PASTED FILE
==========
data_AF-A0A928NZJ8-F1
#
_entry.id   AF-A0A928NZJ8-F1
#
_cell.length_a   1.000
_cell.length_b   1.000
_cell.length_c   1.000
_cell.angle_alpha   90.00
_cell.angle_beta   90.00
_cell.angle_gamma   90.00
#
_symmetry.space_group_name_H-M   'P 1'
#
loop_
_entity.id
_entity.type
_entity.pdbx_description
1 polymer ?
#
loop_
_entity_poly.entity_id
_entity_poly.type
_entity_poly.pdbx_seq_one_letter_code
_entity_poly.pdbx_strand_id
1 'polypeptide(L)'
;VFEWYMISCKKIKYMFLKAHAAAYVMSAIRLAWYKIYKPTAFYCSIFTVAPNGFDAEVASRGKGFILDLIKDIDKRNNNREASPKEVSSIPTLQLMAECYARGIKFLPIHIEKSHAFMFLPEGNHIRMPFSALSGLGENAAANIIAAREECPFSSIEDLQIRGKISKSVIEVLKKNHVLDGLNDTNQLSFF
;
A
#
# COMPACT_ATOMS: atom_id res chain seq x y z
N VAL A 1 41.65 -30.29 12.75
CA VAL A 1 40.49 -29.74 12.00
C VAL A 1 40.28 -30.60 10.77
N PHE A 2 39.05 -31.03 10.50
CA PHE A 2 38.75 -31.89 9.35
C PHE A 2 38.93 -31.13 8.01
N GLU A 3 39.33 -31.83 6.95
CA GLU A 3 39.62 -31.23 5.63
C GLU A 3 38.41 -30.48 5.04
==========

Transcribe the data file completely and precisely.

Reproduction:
data_AF-A0A928NZJ8-F1
#
_entry.id   AF-A0A928NZJ8-F1
#
_cell.length_a   1.000
_cell.length_b   1.000
_cell.length_c   1.000
_cell.angle_alpha   90.00
_cell.angle_beta   90.00
_cell.angle_gamma   90.00
#
_symmetry.space_group_name_H-M   'P 1'
#
loop_
_entity.id
_entity.type
_entity.pdbx_description
1 polymer ?
#
loop_
_entity_poly.entity_id
_entity_poly.type
_entity_poly.pdbx_seq_one_letter_code
_entity_poly.pdbx_strand_id
1 'polypeptide(L)'
;VFEWYMISCKKIKYMFLKAHAAAYVMSAIRLAWYKIYKPTAFYCSIFTVAPNGFDAEVASRGKGFILDLIKDIDKRNNNREASPKEVSSIPTLQLMAECYARGIKFLPIHIEKSHAFMFLPEGNHIRMPFSALSGLGENAAANIIAAREECPFSSIEDLQIRGKISKSVIEVLKKNHVLDGLNDTNQLSFF
;
A
#
# COMPACT_ATOMS: atom_id res chain seq x y z
N VAL A 1 41.65 -30.29 12.75
CA VAL A 1 40.49 -29.74 12.00
C VAL A 1 40.28 -30.60 10.77
N PHE A 2 39.05 -31.03 10.50
CA PHE A 2 38.75 -31.89 9.35
C PHE A 2 38.93 -31.13 8.01
N GLU A 3 39.33 -31.83 6.95
CA GLU A 3 39.62 -31.23 5.63
C GLU A 3 38.41 -30.48 5.04